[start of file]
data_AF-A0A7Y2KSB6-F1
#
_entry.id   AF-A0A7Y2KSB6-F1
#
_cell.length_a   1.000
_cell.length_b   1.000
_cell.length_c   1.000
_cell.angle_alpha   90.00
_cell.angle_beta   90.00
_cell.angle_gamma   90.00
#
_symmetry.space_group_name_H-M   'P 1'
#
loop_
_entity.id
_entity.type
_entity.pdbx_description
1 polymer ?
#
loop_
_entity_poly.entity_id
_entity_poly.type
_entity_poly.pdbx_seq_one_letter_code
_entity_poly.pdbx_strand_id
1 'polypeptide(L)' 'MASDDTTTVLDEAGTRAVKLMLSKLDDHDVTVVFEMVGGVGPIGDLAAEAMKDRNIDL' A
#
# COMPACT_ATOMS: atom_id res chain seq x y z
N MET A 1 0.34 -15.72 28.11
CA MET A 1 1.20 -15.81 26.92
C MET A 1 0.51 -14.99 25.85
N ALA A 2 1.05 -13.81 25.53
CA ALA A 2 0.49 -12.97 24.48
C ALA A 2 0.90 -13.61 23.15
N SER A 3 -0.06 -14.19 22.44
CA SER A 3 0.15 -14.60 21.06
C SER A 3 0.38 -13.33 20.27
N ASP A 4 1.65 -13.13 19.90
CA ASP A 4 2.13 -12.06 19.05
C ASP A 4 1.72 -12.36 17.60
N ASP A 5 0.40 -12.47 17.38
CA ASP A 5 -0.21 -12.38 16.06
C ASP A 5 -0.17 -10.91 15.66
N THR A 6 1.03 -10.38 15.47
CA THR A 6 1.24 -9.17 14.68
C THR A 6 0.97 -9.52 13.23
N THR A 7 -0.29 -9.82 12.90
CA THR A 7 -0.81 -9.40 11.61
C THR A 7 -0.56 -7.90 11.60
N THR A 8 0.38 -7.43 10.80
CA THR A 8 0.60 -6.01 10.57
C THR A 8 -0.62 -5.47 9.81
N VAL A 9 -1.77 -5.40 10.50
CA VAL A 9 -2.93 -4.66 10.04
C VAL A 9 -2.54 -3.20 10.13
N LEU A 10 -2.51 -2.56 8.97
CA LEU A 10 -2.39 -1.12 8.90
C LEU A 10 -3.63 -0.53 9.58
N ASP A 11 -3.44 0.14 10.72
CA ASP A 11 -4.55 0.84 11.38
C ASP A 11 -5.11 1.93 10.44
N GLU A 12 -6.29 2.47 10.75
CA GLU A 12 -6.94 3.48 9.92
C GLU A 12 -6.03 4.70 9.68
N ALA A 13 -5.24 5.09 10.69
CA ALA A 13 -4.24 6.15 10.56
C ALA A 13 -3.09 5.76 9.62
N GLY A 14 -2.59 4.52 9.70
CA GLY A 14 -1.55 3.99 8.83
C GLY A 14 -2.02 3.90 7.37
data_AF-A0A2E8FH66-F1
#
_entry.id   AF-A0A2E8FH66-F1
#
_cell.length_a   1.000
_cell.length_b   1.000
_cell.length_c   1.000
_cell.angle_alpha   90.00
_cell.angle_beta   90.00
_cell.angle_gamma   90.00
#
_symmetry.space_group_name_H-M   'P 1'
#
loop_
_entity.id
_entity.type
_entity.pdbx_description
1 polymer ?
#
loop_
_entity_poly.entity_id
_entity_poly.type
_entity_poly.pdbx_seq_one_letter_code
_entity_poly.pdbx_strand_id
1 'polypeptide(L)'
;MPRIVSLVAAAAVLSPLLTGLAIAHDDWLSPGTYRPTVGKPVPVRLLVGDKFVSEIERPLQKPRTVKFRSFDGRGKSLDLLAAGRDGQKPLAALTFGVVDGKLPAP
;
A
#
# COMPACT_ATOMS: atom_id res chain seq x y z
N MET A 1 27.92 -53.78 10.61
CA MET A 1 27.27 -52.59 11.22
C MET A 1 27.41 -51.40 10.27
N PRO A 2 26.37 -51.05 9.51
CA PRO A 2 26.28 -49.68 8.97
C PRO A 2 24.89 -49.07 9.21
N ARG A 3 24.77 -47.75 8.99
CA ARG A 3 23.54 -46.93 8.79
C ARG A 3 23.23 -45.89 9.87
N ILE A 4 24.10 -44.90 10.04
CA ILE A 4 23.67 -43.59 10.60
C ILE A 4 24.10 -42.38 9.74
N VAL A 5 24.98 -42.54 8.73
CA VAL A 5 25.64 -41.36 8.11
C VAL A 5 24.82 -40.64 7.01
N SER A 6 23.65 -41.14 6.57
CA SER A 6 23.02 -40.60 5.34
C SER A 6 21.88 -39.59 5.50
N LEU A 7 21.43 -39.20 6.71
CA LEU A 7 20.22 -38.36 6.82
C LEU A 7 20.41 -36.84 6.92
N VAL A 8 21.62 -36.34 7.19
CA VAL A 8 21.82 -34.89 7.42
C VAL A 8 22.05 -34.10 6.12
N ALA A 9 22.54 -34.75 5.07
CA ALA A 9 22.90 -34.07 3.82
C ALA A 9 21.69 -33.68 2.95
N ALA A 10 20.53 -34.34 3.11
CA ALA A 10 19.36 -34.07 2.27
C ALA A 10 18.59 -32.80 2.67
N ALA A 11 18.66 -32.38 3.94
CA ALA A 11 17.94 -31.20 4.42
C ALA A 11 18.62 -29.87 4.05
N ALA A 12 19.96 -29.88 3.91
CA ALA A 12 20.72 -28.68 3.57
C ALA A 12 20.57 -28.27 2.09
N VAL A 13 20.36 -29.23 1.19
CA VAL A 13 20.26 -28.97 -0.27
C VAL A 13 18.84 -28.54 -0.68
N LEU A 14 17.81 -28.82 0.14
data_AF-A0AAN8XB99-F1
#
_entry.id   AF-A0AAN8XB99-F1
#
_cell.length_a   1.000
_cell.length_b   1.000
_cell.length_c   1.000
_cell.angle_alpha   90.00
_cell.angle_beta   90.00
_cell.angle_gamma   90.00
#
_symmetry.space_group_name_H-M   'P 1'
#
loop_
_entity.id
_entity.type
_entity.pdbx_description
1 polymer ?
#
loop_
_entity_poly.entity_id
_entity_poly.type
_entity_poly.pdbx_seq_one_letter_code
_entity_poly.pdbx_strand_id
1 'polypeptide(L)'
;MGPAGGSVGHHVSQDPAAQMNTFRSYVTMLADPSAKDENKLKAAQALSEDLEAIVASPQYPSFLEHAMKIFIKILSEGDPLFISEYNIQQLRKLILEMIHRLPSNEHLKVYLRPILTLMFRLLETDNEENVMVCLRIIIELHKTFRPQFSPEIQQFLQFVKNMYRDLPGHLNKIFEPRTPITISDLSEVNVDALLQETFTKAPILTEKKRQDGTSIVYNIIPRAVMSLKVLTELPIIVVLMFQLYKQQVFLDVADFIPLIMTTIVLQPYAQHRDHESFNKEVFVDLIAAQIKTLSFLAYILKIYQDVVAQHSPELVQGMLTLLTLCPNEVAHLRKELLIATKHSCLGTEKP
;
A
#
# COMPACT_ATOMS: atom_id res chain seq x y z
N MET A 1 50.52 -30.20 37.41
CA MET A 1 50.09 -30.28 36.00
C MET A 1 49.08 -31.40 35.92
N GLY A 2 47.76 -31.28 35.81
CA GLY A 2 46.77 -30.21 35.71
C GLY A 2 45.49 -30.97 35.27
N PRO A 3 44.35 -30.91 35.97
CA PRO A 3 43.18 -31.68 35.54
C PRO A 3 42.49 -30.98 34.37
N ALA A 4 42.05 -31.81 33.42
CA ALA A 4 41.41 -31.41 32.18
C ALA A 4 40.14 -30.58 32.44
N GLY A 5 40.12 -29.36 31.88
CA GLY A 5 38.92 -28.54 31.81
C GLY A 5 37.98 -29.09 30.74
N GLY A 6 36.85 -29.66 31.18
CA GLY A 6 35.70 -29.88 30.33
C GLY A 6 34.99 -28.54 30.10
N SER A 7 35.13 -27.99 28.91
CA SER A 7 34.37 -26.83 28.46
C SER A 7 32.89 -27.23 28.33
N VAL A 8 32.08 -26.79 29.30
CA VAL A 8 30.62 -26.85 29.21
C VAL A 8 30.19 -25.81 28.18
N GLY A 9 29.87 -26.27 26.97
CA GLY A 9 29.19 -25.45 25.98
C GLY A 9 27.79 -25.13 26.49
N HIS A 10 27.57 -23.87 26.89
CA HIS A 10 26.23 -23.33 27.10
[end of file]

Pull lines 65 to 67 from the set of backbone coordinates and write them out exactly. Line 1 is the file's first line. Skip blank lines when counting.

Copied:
CA ALA A 13 -4.24 6.15 10.56
C ALA A 13 -3.09 5.76 9.62
N GLY A 14 -2.59 4.52 9.70